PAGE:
Ethan C. F. 🐇’s review published on Letterboxd:
Hooptober 3.0 9/31
The only thing that moves here is the light.
Where to begin! This is something I regret putting for as long as I have. Haunted house flicks seldom do much for me, but The Others is so wonderfully crafted - from the atmosphere to the performances to the script!
The premise is excellent and adds another layer of tension to what might otherwise be a typical narrative. In most haunted house stories, the family has just moved to the home, or perhaps the protagonist is a real estate agent trying to sell the home. This immediately begins to deteriorate the suspension of disbelief because we as the audience want to scream and shake the protagonists, telling them to just leave. The Others tries a different tack to great success: the family has been in the home a number of years now with no incident. More compellingly, the two children, Anna and Nicholas, suffer from a rare medical condition that makes them essentially allergic to all strong light sources. Not only does this twist on haunting tropes make for a more compelling story, but it also allows the filmmakers to play with the classical horror visual elements of light, darkness, and shadow. The film absolutely capitalizes on this and the atmosphere and script work together in perfect harmony, using heavy silence and oppressive fog to punctuate the bright/dark visual balance.
The terror ramps up slowly and plays it a little by the numbers - piano playing itself, doors opening and closing, kids saying spooky stuff, you've seen this all before. Nicole Kidman is deeply unsettling, and the supporting servants play their parts with subdued dread. A lot depends on the child performances here and unfortunately these children aren't entirely up to the task. They shine in a select few moments but overall are fairly typically weak child actors. Alas! To make up for this, the script gives quite a bit of depth to both children as well as their mother. The film holds up despite some weak acting as the terror escalates into the final act, a nailbiting, whirlwind of terror that culminates with a beautiful twist. I won't say too much more on this as it really must be seen first, but it is not only a fitting and beautiful end to the story, it is a fascinating take on haunting films. This is perhaps one of my favorite pieces in that particular subgenre.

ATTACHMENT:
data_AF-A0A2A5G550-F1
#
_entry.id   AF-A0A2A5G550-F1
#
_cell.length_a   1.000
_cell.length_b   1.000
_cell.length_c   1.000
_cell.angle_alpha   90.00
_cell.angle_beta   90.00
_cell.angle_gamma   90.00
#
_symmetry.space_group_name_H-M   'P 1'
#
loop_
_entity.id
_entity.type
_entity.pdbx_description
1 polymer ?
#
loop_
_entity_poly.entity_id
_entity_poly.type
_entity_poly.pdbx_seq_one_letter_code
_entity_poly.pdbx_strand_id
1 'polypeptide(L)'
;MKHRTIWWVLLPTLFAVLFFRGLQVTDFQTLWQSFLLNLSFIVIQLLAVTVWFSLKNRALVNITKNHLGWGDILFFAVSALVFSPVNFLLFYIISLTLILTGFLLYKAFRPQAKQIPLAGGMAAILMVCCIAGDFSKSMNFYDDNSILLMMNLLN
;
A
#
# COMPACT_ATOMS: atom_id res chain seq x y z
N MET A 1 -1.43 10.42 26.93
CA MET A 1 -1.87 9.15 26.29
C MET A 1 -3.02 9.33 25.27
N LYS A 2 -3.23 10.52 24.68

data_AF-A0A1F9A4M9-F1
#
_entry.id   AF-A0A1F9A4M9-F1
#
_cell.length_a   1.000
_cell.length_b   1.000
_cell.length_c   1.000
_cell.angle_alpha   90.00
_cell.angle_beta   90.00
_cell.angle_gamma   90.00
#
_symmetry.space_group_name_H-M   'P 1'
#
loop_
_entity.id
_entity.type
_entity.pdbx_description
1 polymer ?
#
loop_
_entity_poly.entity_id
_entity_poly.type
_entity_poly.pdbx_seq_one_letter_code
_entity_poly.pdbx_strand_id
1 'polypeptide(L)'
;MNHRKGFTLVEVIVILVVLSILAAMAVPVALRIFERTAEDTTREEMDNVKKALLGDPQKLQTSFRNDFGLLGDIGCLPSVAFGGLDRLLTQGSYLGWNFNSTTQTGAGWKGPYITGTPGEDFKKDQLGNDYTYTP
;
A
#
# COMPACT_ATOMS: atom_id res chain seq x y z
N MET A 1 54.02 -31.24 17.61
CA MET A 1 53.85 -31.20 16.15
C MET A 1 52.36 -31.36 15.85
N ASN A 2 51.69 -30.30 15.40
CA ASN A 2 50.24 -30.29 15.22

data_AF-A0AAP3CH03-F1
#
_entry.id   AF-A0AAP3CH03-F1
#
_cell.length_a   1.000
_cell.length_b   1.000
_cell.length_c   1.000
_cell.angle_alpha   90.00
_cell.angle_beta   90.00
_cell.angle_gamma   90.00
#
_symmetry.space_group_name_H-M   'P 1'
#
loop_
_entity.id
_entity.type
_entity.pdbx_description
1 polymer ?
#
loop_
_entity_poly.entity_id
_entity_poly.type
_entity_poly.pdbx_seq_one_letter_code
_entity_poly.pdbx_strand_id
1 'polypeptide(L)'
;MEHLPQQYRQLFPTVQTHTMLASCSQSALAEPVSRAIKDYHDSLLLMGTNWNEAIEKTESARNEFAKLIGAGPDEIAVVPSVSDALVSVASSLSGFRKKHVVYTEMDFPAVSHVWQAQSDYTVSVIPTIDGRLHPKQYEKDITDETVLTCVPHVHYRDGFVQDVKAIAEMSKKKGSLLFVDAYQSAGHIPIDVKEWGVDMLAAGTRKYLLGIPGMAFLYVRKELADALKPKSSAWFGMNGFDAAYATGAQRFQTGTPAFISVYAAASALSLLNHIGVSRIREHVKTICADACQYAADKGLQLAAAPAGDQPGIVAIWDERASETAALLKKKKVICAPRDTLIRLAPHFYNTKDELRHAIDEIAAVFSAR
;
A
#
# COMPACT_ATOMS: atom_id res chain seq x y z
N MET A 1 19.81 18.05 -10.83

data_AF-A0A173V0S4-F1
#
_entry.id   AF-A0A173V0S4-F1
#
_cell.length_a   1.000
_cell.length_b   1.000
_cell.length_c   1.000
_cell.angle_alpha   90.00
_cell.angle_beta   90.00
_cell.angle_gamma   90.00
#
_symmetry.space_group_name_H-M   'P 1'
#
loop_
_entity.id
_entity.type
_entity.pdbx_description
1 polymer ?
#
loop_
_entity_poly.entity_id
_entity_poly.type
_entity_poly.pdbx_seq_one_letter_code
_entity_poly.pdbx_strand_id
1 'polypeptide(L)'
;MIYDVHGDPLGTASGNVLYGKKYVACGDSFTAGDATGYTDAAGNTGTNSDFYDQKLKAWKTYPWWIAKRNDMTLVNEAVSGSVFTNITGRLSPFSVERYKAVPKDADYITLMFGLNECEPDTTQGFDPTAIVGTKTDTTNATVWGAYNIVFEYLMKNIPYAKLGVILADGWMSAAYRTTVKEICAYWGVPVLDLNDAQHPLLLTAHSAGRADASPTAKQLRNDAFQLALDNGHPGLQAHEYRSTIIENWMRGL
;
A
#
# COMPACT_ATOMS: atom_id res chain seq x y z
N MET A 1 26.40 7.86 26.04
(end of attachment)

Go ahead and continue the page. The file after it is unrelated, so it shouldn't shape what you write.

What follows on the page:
With a meticulously crafted atmosphere and script, The Others really is a shining example of what ghost stories can be: beautifully emotional and tragic, with a healthy dose of real scares. Absolutely recommended, even if you're turned off by the haunted house label: The Others really won't dissappoint.
Hooptober Rules: 5/5 Decades